A scientist popped the lid off one to reveal a sea turtle not quite as large as a dinner plate, looking up with gentle, other-worldly eyes.

Each cooler contained a young loggerhead a bit more than a year old. Three had come from the state aquarium at Pine Knoll Shores and the others were from the Virginia Aquarium & Marine Science Center in Virginia Beach.

Two years ago, Wake County voters approved a half-cent sales tax to help fund a $2 billion transit improvement plan. While the large-scale projects are still in planning phases, riders have noticed smaller improvements.

A few weeks back, I found myself being pelted with snow, on an unnamed ridge, high above the aptly named Roaring River in central Idaho.

My eyes peeled for elk, I was trudging behind a friend with a rifle in one hand, trying not to trip on the trail-less mountainside.

How did I get here?

drone
Jay Price / WUNC

Shipwrecks off the coast of North Carolina have long drawn divers and even treasure hunters. Now, species of tropical and subtropical fish are showing up, driven there by the impacts of climate change.

The state of recycling in North Carolina has declined.
Environment North Carolina Research and Policy Center

North Carolina is failing to make progress in its recycling efforts. That's one finding from a new study released by Environment North Carolina Research and Policy Center, a nonprofit.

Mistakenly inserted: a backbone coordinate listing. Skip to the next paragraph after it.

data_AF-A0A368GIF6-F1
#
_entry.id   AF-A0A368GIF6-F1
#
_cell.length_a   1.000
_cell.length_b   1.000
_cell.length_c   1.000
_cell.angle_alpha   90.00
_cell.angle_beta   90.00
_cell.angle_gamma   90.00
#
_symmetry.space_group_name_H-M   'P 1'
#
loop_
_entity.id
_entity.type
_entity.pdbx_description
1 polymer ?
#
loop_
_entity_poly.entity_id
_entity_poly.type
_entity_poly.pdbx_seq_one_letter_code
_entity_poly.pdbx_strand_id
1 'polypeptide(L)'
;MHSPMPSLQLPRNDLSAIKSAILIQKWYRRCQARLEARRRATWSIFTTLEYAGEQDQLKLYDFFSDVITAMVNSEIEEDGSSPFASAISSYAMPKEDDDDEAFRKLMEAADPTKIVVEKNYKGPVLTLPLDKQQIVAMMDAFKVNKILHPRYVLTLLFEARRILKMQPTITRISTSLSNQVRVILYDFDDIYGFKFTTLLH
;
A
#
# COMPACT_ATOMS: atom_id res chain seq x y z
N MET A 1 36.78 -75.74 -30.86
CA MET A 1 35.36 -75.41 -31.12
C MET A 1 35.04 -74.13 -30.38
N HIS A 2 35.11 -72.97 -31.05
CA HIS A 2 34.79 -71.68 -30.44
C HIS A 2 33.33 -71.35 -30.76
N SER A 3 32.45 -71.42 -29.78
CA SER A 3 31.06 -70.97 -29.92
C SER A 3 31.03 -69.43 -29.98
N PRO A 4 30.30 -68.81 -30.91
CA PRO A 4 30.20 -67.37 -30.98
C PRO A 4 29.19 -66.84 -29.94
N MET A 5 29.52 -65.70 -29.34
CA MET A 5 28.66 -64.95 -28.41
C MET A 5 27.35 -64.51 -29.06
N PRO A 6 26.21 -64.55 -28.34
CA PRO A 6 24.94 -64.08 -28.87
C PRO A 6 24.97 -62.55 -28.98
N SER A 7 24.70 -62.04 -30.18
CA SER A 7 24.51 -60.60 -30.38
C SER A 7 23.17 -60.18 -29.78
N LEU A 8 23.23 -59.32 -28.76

Chuck Burton / AP

North Carolina carries a little-understood risk of flooding as climate change makes rainstorms more intense — the state has the country's second-largest collection of dams in poor or unsatisfactory condition built in places where a failure could kill people.

 Photo of Greensboro downtown skyline.
Courtesy Flickr/ https://www.flickr.com/photos/ucumari/306972641

Greensboro city officials are looking into high levels of a likely-carcinogenic chemical compound identified at the city’s wastewater treatment plant. The levels of 1,4 dioxane in the wastewater were more than 2,700 times the EPA limit for drinking water.

Recent storms have helped unusually large seashells wash ashore, including a large lightning whelk shell found along the Cape Lookout National Seashore.
Courtesy of Cape Lookout National Seashore

Unusually large seashells have washed ashore at Cape Lookout National Seashore.

Volunteers at the visitors center found lightning whelks and knobbed whelks as large as 12-inches long over the weekend, according to park officials. Some are stained with color gradations that suggest they were buried deep in sediment underwater.

Reporter's Notebook: Spider Season Doesn't Have To Be Scary

Oct 29, 2019
The Orb Weaver Spider sits in its web at the Museum of Life and Science in Durham.
Adhiti Bandlamudi / WUNC

It's the time of year when spiders are out in full force. They've spun webs and maybe even crept into some corners of your house.

Fayetteville Public Works Commission

The Fayetteville Public Works Commission has rolled out the first community solar project in North Carolina. 

The utility built a 1 MW solar farm that sends power to its grid. Customers pay an enrollment charge and a monthly fee, and then get credit on their bills for the power those panels produce.

Sign that reads 'Stop RDU Quarry.'